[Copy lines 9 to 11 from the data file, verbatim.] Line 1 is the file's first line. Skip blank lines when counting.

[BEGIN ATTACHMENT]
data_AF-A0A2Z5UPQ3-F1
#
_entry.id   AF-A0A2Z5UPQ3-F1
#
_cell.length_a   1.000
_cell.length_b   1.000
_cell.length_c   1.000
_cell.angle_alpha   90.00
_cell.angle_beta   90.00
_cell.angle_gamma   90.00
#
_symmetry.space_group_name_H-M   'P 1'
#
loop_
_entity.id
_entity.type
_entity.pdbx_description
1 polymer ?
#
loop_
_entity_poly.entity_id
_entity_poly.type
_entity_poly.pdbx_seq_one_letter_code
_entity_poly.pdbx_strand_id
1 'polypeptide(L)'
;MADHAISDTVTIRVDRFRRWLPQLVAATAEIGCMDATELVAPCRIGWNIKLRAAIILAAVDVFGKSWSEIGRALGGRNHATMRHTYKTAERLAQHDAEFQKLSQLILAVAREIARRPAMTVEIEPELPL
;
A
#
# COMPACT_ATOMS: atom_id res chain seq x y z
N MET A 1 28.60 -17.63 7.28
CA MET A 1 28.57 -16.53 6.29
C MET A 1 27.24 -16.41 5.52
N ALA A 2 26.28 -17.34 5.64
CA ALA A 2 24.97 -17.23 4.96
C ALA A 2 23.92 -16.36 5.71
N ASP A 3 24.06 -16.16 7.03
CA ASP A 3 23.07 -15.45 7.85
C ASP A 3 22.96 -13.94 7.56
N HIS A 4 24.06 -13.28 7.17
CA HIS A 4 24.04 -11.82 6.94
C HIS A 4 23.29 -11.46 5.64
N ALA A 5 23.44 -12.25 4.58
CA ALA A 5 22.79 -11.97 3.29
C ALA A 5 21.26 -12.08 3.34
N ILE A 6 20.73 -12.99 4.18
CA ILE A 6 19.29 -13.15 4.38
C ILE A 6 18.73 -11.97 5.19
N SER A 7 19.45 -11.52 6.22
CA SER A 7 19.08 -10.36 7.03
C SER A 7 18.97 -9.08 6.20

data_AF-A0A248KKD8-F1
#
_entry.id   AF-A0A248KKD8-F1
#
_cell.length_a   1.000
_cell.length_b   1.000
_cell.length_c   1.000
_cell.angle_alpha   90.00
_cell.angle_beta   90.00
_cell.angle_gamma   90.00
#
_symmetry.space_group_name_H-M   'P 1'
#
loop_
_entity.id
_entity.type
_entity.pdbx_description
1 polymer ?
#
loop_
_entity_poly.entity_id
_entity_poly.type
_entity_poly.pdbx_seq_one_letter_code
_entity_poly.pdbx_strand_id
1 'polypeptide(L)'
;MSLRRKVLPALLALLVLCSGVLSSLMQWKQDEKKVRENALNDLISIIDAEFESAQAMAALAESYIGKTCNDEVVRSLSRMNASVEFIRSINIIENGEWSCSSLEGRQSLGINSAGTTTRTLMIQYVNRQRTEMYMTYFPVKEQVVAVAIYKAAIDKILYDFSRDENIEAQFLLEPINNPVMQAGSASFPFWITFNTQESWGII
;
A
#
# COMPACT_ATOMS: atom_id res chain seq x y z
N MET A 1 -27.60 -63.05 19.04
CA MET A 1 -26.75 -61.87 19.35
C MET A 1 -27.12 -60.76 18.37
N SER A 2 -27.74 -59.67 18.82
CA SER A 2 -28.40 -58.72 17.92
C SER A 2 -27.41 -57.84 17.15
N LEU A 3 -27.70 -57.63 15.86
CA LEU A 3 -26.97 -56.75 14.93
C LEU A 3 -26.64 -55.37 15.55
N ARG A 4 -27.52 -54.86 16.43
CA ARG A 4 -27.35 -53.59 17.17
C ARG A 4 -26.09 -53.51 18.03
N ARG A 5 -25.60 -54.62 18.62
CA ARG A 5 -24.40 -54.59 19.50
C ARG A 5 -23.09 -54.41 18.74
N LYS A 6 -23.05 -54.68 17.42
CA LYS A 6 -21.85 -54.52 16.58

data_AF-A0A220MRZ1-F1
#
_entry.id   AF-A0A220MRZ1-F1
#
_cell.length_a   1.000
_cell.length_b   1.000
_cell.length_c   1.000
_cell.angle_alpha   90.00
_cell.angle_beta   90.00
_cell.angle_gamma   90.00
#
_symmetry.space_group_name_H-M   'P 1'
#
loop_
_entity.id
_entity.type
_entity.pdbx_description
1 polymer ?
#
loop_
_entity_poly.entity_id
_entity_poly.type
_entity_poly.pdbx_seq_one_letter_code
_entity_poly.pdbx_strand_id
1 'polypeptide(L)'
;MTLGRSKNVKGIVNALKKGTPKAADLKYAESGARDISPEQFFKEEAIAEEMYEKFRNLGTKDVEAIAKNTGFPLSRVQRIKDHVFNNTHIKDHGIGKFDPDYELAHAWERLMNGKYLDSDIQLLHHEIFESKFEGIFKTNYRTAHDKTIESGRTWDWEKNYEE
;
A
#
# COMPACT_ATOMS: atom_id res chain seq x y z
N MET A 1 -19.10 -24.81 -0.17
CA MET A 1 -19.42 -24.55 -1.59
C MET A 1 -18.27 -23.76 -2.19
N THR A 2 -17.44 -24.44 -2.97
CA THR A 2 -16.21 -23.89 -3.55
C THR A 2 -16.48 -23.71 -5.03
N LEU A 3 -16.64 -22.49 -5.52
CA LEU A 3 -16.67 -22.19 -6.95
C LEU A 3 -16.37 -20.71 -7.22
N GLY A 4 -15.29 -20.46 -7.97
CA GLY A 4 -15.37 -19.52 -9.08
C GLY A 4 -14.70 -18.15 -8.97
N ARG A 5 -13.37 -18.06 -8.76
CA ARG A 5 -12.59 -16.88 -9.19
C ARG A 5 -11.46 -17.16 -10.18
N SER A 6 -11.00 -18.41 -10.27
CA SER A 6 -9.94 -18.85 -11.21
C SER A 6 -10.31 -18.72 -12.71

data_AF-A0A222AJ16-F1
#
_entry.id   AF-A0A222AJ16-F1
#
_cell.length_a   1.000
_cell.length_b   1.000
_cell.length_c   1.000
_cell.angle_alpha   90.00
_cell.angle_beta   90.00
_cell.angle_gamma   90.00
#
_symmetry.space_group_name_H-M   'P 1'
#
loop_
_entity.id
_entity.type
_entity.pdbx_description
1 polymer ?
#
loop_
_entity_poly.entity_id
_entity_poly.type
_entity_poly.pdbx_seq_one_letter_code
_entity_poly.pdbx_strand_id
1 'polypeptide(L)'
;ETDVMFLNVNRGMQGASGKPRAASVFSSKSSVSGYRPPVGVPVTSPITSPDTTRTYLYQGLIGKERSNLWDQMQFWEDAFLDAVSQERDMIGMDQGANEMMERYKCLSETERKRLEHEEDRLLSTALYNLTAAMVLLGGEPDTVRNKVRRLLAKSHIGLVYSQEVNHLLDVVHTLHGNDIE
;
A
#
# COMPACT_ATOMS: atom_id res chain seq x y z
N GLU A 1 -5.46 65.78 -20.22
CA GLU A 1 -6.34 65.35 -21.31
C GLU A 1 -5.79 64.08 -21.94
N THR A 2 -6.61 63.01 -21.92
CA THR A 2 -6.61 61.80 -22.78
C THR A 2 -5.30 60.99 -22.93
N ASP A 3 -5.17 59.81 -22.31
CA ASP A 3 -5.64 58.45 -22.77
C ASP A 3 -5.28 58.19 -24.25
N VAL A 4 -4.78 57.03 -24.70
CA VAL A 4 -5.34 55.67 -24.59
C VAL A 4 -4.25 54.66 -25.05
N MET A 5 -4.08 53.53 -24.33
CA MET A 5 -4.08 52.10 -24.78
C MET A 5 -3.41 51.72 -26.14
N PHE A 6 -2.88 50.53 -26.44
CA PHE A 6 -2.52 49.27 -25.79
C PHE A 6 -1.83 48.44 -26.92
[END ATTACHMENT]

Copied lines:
_cell.angle_beta   90.00
_cell.angle_gamma   90.00
#